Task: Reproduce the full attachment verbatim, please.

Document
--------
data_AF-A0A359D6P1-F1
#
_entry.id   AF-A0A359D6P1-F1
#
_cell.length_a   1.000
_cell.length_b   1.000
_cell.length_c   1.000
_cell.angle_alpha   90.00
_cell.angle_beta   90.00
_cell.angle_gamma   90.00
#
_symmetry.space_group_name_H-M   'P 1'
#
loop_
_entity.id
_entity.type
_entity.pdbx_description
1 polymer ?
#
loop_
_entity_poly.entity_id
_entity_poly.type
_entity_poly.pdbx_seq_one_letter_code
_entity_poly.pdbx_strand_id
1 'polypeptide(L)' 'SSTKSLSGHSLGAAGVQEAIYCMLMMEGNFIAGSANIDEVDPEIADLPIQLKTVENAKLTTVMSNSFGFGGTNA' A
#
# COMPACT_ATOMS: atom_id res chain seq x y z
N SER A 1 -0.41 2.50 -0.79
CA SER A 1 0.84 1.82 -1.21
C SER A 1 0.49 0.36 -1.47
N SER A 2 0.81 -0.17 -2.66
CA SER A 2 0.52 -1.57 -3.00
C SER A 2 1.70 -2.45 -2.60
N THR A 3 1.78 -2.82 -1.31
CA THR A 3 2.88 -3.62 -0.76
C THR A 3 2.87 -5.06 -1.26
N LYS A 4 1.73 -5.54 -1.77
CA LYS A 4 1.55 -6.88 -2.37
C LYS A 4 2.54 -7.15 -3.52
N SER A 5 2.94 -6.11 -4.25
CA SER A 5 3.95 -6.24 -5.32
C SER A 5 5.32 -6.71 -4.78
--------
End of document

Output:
data_AF-A0A359D6P1-F1
#
_entry.id   AF-A0A359D6P1-F1
#
_cell.length_a   1.000
_cell.length_b   1.000
_cell.length_c   1.000
_cell.angle_alpha   90.00
_cell.angle_beta   90.00
_cell.angle_gamma   90.00
#
_symmetry.space_group_name_H-M   'P 1'
#
loop_
_entity.id
_entity.type
_entity.pdbx_description
1 polymer ?
#
loop_
_entity_poly.entity_id
_entity_poly.type
_entity_poly.pdbx_seq_one_letter_code
_entity_poly.pdbx_strand_id
1 'polypeptide(L)' 'SSTKSLSGHSLGAAGVQEAIYCMLMMEGNFIAGSANIDEVDPEIADLPIQLKTVENAKLTTVMSNSFGFGGTNA' A
#
# COMPACT_ATOMS: atom_id res chain seq x y z
N SER A 1 -0.41 2.50 -0.79
CA SER A 1 0.84 1.82 -1.21
C SER A 1 0.49 0.36 -1.47
N SER A 2 0.81 -0.17 -2.66
CA SER A 2 0.52 -1.57 -3.00
C SER A 2 1.70 -2.45 -2.60
N THR A 3 1.78 -2.82 -1.31
CA THR A 3 2.88 -3.62 -0.76
C THR A 3 2.87 -5.06 -1.26
N LYS A 4 1.73 -5.54 -1.77
CA LYS A 4 1.55 -6.88 -2.37
C LYS A 4 2.54 -7.15 -3.52
N SER A 5 2.94 -6.11 -4.25
CA SER A 5 3.95 -6.24 -5.32
C SER A 5 5.32 -6.71 -4.78